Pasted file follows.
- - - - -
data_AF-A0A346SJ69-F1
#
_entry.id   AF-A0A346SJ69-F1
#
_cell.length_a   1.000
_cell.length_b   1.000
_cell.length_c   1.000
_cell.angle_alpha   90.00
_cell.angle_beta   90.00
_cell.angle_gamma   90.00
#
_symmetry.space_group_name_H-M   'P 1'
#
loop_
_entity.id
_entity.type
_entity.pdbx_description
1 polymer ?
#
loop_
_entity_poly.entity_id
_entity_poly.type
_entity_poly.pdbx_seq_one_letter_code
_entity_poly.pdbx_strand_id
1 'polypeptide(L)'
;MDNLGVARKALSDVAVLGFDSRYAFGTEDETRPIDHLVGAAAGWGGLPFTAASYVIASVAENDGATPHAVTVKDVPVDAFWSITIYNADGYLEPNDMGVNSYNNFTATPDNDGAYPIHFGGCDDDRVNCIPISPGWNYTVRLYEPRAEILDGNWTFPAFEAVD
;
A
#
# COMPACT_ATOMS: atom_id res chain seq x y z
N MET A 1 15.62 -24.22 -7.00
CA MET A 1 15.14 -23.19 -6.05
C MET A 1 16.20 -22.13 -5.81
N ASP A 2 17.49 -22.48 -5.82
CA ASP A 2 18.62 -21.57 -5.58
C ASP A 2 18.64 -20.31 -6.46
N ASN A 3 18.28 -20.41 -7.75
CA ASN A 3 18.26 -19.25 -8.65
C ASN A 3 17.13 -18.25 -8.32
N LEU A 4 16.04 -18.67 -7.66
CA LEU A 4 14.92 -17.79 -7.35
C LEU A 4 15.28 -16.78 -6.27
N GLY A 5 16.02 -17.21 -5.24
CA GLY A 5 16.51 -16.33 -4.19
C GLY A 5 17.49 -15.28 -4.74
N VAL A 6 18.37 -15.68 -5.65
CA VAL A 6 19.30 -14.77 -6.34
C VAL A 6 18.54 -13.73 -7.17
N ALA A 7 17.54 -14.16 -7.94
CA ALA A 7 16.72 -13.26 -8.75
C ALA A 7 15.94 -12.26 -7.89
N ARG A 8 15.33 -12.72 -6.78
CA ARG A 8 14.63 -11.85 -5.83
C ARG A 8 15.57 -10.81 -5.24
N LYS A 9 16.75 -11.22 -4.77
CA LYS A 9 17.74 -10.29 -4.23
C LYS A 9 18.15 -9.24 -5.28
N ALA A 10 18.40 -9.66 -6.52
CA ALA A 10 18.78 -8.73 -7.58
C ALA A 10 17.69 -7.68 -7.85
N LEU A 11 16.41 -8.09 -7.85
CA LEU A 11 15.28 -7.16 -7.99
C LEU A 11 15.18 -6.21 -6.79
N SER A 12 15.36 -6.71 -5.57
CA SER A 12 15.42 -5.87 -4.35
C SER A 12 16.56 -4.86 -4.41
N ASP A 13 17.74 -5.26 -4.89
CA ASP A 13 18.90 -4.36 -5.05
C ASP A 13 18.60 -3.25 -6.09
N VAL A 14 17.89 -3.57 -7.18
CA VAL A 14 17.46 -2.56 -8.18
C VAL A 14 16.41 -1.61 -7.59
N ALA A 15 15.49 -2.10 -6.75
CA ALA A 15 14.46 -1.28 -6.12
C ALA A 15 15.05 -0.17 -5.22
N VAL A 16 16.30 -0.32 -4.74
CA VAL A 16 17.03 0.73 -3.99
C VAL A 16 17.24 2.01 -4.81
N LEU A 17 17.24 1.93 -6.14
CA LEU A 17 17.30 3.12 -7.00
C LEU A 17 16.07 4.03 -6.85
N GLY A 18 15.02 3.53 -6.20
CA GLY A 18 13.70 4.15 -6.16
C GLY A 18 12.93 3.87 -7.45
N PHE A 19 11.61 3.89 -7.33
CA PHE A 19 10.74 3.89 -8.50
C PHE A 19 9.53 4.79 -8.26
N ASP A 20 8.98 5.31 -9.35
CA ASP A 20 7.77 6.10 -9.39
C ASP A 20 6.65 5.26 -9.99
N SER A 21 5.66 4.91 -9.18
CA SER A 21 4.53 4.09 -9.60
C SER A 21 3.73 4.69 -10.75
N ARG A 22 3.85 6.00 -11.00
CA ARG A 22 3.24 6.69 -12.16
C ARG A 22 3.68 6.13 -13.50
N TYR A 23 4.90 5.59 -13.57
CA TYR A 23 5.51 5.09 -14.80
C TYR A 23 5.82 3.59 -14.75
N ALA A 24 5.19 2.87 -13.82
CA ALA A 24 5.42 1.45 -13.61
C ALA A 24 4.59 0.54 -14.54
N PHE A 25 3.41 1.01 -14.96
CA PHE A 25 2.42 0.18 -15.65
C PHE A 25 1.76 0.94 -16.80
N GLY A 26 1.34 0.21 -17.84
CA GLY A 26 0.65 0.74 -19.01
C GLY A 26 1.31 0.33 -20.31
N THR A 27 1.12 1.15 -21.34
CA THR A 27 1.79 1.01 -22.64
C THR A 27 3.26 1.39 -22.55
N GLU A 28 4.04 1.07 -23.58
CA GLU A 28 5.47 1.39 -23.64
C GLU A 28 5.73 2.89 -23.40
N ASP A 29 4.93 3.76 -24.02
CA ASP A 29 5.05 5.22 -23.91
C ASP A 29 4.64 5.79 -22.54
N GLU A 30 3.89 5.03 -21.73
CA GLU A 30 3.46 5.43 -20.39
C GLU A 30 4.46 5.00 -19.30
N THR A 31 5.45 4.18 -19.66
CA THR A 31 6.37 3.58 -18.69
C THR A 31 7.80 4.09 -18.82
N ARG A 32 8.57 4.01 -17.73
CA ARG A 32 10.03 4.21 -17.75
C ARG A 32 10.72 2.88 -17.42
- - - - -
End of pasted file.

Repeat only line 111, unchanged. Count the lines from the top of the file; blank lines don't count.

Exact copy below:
C THR A 27 3.26 1.39 -22.55